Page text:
This is a 61 year old patient with weeping legs due to edema from heart failure. When I first saw her, I did arterial screening with skin perfusion pressure and her SPP values were 54 mmHg and 60 mmHg with a reasonable pulse volume recording, which means she doesn’t have peripheral arterial disease. (PAD might be the only problem she doesn’t have.) Because her arterial inflow was good, I did a trial of compression bandaging and she tolerated it. I thought maybe I could get her leg weeping under control as an outpatient by working with her cardiologist – but her Medicare Advantage plan only authorized TWO home nursing visits for compression bandage changes. She lives 45 minutes away and transportation is a big problem.
Since her Medicare Advantage plan won’t provide skilled home health services and she can’t drive to my clinic twice a week, I had to send her to the ED to get admitted. I will admit that she probably would have needed admission sooner or later for her heart failure, but when she gets discharged, what am I going to do with her? I ordered garments (Circaids) because at least those can be applied at home by her caregiver, but I don’t think she or her caregiver are going to be able to manage her leg weeping without compression bandaging.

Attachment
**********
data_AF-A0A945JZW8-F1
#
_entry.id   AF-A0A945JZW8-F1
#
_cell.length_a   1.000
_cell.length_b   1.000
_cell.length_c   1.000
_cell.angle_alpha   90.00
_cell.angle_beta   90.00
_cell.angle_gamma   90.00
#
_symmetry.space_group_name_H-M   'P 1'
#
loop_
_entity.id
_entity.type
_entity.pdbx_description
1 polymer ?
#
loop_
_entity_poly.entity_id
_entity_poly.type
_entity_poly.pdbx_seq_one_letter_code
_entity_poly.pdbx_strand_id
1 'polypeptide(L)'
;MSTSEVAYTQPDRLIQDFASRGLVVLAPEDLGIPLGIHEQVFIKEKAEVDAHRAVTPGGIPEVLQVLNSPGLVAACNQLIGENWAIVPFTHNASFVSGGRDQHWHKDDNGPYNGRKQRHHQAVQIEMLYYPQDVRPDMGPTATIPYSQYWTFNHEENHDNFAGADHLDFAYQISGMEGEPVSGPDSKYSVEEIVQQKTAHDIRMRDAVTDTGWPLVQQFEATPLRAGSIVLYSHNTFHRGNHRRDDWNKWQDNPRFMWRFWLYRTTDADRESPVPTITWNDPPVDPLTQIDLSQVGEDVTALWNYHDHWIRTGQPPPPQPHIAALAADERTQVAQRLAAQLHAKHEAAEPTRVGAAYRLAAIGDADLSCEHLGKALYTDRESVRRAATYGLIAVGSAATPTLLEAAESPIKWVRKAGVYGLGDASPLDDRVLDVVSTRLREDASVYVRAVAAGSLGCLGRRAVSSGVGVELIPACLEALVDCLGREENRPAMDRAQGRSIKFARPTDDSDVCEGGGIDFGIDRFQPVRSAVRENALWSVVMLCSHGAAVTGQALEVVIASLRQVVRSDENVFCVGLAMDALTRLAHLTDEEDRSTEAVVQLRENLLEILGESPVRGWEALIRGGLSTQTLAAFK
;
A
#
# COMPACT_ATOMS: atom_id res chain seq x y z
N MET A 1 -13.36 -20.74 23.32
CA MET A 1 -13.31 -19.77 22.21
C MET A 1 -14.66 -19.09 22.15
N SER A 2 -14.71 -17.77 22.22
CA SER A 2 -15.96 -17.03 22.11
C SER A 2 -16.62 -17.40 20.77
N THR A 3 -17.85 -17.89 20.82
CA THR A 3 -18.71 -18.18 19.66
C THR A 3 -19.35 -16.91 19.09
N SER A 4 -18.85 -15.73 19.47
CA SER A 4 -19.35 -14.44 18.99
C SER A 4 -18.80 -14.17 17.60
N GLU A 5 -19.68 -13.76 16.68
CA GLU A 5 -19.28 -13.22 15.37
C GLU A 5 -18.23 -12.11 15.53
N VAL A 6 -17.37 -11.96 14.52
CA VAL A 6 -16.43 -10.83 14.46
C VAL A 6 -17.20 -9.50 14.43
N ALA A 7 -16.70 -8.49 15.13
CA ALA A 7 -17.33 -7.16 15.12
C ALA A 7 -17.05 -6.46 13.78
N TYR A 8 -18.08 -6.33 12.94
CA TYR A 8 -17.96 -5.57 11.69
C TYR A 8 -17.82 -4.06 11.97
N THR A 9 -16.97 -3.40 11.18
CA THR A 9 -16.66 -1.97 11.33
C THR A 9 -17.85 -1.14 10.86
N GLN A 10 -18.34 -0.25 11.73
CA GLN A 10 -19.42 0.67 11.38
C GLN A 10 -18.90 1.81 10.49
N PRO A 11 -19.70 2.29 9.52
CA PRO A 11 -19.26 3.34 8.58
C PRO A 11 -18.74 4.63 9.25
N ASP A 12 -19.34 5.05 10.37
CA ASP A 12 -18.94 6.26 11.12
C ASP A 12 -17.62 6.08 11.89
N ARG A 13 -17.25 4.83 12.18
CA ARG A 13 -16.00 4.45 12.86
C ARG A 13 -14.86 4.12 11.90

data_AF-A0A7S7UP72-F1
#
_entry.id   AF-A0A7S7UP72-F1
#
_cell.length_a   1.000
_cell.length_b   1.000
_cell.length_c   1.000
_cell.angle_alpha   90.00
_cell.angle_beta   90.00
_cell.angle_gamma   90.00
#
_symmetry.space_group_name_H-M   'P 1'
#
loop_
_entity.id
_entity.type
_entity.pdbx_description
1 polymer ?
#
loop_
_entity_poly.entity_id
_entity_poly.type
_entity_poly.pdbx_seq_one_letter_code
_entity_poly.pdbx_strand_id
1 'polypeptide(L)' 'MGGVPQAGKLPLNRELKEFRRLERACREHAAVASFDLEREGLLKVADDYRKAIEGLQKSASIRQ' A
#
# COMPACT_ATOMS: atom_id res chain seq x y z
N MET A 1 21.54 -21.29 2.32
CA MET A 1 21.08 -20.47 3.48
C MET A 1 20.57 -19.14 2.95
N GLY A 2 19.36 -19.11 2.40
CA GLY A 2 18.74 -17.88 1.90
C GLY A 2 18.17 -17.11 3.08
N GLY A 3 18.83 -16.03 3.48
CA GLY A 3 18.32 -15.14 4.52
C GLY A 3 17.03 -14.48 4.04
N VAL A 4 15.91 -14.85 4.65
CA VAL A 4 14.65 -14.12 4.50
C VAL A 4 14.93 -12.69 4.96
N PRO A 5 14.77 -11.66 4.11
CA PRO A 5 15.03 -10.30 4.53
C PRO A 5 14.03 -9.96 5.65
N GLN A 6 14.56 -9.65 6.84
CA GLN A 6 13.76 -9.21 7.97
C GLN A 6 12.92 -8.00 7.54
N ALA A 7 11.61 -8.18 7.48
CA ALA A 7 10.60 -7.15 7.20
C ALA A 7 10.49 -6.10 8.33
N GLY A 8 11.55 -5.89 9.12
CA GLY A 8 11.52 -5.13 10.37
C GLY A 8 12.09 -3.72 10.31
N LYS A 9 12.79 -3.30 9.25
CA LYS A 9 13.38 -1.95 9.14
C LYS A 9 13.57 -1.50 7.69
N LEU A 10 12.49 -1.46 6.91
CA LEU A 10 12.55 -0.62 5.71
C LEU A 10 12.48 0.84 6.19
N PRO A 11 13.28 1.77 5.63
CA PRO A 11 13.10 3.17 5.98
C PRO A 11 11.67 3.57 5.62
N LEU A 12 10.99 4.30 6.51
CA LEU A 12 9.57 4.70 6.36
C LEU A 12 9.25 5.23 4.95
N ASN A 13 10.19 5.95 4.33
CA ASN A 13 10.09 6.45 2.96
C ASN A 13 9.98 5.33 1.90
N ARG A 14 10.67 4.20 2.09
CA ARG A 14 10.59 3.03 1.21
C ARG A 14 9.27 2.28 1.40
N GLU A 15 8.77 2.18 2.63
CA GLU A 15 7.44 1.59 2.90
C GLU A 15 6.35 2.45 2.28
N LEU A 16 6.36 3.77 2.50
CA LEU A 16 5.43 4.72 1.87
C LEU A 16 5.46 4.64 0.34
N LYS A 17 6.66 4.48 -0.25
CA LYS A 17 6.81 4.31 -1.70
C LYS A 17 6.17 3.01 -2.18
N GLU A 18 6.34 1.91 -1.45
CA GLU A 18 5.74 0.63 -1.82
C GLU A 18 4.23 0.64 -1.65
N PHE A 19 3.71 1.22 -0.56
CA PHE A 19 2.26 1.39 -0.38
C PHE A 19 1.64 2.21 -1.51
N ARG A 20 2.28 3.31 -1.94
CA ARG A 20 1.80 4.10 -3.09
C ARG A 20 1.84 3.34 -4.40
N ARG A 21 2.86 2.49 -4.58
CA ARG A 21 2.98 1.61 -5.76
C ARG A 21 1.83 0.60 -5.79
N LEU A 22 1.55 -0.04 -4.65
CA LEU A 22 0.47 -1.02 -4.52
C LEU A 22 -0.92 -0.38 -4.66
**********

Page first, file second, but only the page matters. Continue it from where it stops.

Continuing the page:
This is not unusual. I have a patient with quadriparesis who’s getting NPWT on his sacral and ischial pressure ulcers – and Medicare Advantage won’t provide skilled home health services to change his NPWT. That means that a man paralyzed from the neck down is going to have to come to see me two or three times a week for his NPWT change because his so-called Medicare “advantage” plan won’t provide skilled home health services. I could stop NPWT and just hope for the best about his deep ulcers. Nothing about that is an “advantage.”
I once thought that Medicare Advantage was an opportunity to improve in the way that patients with chronic wounds are managed. However, rather than developing practical and evidence based policies, MA patients are suffering from the Nancy Regan “just say no” approach to services. Home health services have been abused in the Medicare Fee for Service program, but NOT providing them is not the answer. It just means that I will have to hospitalize patients instead (or not provide optimal care). I promise none of my options will save money.